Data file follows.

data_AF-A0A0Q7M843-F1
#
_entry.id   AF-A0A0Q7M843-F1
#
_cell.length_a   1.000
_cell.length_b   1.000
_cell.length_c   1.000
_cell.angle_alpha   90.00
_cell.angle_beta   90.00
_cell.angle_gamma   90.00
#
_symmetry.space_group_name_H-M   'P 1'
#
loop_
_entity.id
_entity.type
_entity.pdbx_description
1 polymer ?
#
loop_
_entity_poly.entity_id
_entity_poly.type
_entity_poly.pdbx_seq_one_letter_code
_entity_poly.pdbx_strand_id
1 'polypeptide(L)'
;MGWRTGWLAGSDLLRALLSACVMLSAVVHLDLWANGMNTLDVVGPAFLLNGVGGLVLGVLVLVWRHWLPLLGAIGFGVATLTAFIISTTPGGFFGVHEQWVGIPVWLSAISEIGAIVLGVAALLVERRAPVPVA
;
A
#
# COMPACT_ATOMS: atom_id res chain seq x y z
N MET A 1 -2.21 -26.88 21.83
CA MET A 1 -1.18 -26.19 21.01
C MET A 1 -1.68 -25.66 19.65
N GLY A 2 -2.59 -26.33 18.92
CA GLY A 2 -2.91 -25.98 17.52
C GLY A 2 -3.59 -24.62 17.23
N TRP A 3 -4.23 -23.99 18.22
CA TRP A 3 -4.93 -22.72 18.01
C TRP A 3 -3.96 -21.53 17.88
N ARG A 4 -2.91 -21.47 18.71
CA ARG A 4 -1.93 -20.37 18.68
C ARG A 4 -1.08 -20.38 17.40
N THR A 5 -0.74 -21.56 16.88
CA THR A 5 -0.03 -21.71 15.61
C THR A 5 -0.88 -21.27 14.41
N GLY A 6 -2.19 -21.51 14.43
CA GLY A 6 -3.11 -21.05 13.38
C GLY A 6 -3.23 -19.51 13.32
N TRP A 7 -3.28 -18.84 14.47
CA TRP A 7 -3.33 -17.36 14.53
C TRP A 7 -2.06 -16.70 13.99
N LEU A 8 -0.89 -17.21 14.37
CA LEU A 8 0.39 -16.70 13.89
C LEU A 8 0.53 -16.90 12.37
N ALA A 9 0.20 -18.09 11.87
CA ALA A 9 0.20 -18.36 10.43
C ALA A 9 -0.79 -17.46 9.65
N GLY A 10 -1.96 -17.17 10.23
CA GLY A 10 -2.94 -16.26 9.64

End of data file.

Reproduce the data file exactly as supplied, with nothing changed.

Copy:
data_AF-A0A0Q7M843-F1
#
_entry.id   AF-A0A0Q7M843-F1
#
_cell.length_a   1.000
_cell.length_b   1.000
_cell.length_c   1.000
_cell.angle_alpha   90.00
_cell.angle_beta   90.00
_cell.angle_gamma   90.00
#
_symmetry.space_group_name_H-M   'P 1'
#
loop_
_entity.id
_entity.type
_entity.pdbx_description
1 polymer ?
#
loop_
_entity_poly.entity_id
_entity_poly.type
_entity_poly.pdbx_seq_one_letter_code
_entity_poly.pdbx_strand_id
1 'polypeptide(L)'
;MGWRTGWLAGSDLLRALLSACVMLSAVVHLDLWANGMNTLDVVGPAFLLNGVGGLVLGVLVLVWRHWLPLLGAIGFGVATLTAFIISTTPGGFFGVHEQWVGIPVWLSAISEIGAIVLGVAALLVERRAPVPVA
;
A
#
# COMPACT_ATOMS: atom_id res chain seq x y z
N MET A 1 -2.21 -26.88 21.83
CA MET A 1 -1.18 -26.19 21.01
C MET A 1 -1.68 -25.66 19.65
N GLY A 2 -2.59 -26.33 18.92
CA GLY A 2 -2.91 -25.98 17.52
C GLY A 2 -3.59 -24.62 17.23
N TRP A 3 -4.23 -23.99 18.22
CA TRP A 3 -4.93 -22.72 18.01
C TRP A 3 -3.96 -21.53 17.88
N ARG A 4 -2.91 -21.47 18.71
CA ARG A 4 -1.93 -20.37 18.68
C ARG A 4 -1.08 -20.38 17.40
N THR A 5 -0.74 -21.56 16.88
CA THR A 5 -0.03 -21.71 15.61
C THR A 5 -0.88 -21.27 14.41
N GLY A 6 -2.19 -21.51 14.43
CA GLY A 6 -3.11 -21.05 13.38
C GLY A 6 -3.23 -19.51 13.32
N TRP A 7 -3.28 -18.84 14.47
CA TRP A 7 -3.33 -17.36 14.53
C TRP A 7 -2.06 -16.70 13.99
N LEU A 8 -0.89 -17.21 14.37
CA LEU A 8 0.39 -16.70 13.89
C LEU A 8 0.53 -16.90 12.37
N ALA A 9 0.20 -18.09 11.87
CA ALA A 9 0.20 -18.36 10.43
C ALA A 9 -0.79 -17.46 9.65
N GLY A 10 -1.96 -17.17 10.23
CA GLY A 10 -2.94 -16.26 9.64